Eating for Life: A Plant-Based Diet

  • By:  Emily Baine
2012 was a banner year for Bruce & Heather Rozeboom, who got married and opened a restaurant at Hilltop.  ©ALFY Photography by Amanda Francis ( 2012 was a banner year for Bruce & Heather Rozeboom, who got married and opened a restaurant at Hilltop. ©ALFY Photography by Amanda Francis (


When we were children, our parents served us vegetables that we’d push around our plate until either we gave in and ate them or tossed them in the trash when no one was looking

As adults, we know we should eat vegetables and fruits, but often it’s easier not to. In our fast-paced world, grabbing fast food is so simple compared to preparing a healthy, plant-based meal. However, when we don’t eat enough fruits and vegetables, we miss out on all the valuable benefits they provide, as well as a host of delicious meal options.

Our on-demand world is constantly offering quick fixes to lose weight. We get caught up trying to slim down for bikini season or the next big social event. Nutritionists and other health care professionals emphasize that we shouldn’t count on a short-term solution or the latest fad diet to solve our weight issues. Instead, the key is to focus on a long-term lifestyle change that will reprogram our systems for better health and wellness. Not sure where to start or what will work best for you? Many people here in Tidewater are passionate about eating a healthy, plant-based diet and can guide you on your journey toward a healthier pathway.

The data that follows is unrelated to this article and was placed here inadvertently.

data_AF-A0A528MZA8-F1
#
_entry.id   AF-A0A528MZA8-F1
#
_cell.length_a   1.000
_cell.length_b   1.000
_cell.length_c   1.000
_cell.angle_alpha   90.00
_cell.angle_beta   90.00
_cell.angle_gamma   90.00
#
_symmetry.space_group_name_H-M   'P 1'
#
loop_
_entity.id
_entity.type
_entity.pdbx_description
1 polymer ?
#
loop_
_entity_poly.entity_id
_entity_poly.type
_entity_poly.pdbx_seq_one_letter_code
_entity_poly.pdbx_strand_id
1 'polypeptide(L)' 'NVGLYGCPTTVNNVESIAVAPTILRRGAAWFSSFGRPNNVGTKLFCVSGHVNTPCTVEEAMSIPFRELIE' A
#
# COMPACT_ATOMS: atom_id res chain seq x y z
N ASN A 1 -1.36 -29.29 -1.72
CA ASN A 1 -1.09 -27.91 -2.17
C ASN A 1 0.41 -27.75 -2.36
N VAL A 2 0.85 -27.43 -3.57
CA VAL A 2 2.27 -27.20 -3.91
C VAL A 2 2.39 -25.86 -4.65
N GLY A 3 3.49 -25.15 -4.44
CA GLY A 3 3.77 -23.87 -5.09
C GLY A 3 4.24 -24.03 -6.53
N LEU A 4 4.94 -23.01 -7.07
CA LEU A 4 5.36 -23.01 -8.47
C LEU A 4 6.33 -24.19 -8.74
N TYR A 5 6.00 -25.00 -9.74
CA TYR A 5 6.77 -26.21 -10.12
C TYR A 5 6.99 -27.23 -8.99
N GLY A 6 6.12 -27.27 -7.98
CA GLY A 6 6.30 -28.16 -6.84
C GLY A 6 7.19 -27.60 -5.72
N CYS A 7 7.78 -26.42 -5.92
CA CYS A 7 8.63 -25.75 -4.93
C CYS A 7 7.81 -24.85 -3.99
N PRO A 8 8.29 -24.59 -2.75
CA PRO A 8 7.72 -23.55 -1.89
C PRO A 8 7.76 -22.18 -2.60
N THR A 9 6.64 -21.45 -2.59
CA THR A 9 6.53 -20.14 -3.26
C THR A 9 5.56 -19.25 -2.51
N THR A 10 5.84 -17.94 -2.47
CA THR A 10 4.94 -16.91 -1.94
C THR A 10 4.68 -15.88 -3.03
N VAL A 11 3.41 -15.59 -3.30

Jennifer Van Horn has been thin all of her life. When she was younger, she was thin to the point that her health was declining. Medication didn’t make her feel better. Something had to change, and Jennifer decided it would be her diet.

While trying to improve her own health, Jennifer discovered a deep-rooted passion for helping others live healthier lives. Jennifer went back to school to become a dietician, ultimately earning her Master’s in community health and health education from Old Dominion University. Now she serves as a teacher and guide, helping others find a healthier lifestyle through a plant-based diet.

Jennifer encourages everyone who wants to eat a healthier diet to become informed about the benefits of a plant-based regimen. A plant-based diet doesn’t mean becoming vegan or vegetarian, though those are two options. Building a plant-based diet means that plants form the foundation of what you eat. Plant-based diets aren’t a fad; they’re a reflection of continuing health and nutrition research. In 2011 the USDA scrapped its MyPyramid in favor of the fruit-and-vegetable rich MyPlate icon.  Having more plants in your diet, Jennifer explains, provides numerous benefits that lead to a higher quality of life.